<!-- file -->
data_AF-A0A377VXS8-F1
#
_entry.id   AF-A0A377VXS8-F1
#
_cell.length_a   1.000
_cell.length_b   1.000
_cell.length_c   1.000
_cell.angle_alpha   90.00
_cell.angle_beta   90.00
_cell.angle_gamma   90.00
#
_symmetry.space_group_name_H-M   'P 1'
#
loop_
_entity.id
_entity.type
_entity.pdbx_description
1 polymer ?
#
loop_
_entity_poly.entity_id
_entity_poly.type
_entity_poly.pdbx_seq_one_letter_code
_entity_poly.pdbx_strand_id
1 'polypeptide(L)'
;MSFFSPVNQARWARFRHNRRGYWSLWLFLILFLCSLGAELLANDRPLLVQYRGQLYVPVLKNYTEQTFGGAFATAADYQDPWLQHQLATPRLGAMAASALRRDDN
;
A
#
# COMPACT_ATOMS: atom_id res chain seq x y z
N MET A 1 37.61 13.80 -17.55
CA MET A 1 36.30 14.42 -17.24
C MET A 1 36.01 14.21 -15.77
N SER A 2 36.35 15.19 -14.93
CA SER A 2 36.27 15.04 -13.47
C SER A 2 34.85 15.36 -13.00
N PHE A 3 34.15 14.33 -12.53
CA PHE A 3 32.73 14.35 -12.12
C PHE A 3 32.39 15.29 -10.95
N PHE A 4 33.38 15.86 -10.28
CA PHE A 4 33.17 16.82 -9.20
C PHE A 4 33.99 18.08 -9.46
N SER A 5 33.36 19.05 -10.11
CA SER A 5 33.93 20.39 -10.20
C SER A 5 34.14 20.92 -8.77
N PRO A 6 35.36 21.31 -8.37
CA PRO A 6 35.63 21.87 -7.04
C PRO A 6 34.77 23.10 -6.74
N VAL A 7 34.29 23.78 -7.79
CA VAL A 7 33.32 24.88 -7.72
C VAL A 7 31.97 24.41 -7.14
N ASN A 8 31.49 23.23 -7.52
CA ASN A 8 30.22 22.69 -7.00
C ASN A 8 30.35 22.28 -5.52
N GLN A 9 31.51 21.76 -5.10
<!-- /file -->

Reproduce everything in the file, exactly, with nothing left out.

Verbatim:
data_AF-A0A377VXS8-F1
#
_entry.id   AF-A0A377VXS8-F1
#
_cell.length_a   1.000
_cell.length_b   1.000
_cell.length_c   1.000
_cell.angle_alpha   90.00
_cell.angle_beta   90.00
_cell.angle_gamma   90.00
#
_symmetry.space_group_name_H-M   'P 1'
#
loop_
_entity.id
_entity.type
_entity.pdbx_description
1 polymer ?
#
loop_
_entity_poly.entity_id
_entity_poly.type
_entity_poly.pdbx_seq_one_letter_code
_entity_poly.pdbx_strand_id
1 'polypeptide(L)'
;MSFFSPVNQARWARFRHNRRGYWSLWLFLILFLCSLGAELLANDRPLLVQYRGQLYVPVLKNYTEQTFGGAFATAADYQDPWLQHQLATPRLGAMAASALRRDDN
;
A
#
# COMPACT_ATOMS: atom_id res chain seq x y z
N MET A 1 37.61 13.80 -17.55
CA MET A 1 36.30 14.42 -17.24
C MET A 1 36.01 14.21 -15.77
N SER A 2 36.35 15.19 -14.93
CA SER A 2 36.27 15.04 -13.47
C SER A 2 34.85 15.36 -13.00
N PHE A 3 34.15 14.33 -12.53
CA PHE A 3 32.73 14.35 -12.12
C PHE A 3 32.39 15.29 -10.95
N PHE A 4 33.38 15.86 -10.28
CA PHE A 4 33.17 16.82 -9.20
C PHE A 4 33.99 18.08 -9.46
N SER A 5 33.36 19.05 -10.11
CA SER A 5 33.93 20.39 -10.20
C SER A 5 34.14 20.92 -8.77
N PRO A 6 35.36 21.31 -8.37
CA PRO A 6 35.63 21.87 -7.04
C PRO A 6 34.77 23.10 -6.74
N VAL A 7 34.29 23.78 -7.79
CA VAL A 7 33.32 24.88 -7.72
C VAL A 7 31.97 24.41 -7.14
N ASN A 8 31.49 23.23 -7.52
CA ASN A 8 30.22 22.69 -7.00
C ASN A 8 30.35 22.28 -5.52
N GLN A 9 31.51 21.76 -5.10